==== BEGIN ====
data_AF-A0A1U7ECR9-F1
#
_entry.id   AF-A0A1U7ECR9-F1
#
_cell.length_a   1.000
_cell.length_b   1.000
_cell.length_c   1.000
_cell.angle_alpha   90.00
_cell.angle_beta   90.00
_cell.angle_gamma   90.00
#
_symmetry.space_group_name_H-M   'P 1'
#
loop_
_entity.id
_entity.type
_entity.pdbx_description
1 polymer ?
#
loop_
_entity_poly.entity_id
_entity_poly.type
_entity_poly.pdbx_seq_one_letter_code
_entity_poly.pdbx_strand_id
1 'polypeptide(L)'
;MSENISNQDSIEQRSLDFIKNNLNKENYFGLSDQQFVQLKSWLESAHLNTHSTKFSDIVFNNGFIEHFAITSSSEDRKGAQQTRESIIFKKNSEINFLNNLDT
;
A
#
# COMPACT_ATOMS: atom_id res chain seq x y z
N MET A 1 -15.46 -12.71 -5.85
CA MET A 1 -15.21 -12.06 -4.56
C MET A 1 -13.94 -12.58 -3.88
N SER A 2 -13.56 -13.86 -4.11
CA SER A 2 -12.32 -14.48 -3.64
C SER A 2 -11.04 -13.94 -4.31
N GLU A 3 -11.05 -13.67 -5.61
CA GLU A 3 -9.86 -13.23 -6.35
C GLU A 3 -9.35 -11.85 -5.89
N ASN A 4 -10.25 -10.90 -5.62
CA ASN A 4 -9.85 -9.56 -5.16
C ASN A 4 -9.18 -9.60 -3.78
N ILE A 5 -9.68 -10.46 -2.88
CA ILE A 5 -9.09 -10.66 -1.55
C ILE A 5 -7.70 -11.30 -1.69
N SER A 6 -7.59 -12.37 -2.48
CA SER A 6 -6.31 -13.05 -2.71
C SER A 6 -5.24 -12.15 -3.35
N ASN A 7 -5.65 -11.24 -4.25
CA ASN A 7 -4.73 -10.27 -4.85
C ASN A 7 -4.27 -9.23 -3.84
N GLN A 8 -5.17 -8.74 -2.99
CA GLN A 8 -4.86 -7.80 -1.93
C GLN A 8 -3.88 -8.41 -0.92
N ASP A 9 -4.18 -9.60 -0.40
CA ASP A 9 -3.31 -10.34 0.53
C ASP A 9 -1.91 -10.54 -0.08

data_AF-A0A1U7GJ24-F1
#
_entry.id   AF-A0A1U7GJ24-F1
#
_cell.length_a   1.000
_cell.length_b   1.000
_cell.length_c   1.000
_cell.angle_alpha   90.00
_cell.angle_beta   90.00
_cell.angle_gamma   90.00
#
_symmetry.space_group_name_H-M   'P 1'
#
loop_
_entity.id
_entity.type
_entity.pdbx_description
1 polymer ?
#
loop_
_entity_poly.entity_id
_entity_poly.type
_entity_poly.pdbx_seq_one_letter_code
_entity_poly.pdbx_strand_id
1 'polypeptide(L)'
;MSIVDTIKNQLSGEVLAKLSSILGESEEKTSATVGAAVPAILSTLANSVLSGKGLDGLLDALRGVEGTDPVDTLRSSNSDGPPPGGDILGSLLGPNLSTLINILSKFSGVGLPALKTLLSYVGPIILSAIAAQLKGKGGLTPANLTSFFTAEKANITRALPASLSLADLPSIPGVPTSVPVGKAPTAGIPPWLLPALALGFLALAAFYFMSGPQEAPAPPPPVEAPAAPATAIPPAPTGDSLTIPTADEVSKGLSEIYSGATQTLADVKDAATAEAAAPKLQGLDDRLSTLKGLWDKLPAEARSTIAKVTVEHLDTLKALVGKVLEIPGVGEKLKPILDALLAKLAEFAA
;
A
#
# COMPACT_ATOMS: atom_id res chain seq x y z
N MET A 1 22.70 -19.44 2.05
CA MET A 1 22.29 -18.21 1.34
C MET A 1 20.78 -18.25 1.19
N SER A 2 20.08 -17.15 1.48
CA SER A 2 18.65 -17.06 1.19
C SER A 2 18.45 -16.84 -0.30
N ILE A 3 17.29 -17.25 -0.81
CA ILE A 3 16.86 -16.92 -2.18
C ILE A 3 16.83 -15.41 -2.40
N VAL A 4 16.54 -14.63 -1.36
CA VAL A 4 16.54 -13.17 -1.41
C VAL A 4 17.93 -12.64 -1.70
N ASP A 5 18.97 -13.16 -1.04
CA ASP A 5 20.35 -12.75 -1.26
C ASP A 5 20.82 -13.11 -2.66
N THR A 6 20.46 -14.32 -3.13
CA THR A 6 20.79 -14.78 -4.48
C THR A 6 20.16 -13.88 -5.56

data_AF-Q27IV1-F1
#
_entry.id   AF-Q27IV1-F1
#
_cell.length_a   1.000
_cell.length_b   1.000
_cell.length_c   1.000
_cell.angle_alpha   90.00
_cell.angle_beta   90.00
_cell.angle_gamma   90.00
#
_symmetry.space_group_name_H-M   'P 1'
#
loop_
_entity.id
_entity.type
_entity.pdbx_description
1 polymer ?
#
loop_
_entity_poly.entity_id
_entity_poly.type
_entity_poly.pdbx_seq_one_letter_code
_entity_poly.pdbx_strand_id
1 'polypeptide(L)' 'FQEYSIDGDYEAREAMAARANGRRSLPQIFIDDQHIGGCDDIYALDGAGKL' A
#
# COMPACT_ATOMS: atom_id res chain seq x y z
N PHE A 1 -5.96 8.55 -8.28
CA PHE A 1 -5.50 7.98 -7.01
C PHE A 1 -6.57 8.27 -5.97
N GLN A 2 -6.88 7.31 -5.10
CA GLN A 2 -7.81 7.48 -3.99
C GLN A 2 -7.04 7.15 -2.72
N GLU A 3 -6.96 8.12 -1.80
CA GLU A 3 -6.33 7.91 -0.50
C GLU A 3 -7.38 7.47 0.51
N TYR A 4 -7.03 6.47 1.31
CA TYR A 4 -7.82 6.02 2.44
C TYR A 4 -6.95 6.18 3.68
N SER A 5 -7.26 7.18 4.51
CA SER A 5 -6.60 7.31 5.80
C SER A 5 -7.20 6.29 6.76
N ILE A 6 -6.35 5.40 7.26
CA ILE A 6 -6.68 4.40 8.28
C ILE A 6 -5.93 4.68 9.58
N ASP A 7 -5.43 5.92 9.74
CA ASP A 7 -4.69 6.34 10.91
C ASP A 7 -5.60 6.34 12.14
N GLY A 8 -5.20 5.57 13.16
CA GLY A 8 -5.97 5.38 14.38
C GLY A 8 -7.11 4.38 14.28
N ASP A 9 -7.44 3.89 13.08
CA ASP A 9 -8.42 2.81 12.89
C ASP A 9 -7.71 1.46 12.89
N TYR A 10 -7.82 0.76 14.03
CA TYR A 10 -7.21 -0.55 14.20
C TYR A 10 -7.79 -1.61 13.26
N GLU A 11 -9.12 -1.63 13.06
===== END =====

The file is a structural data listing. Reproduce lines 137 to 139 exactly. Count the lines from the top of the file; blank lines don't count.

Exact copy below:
CA GLN A 2 -7.81 7.48 -3.99
C GLN A 2 -7.04 7.15 -2.72
N GLU A 3 -6.96 8.12 -1.80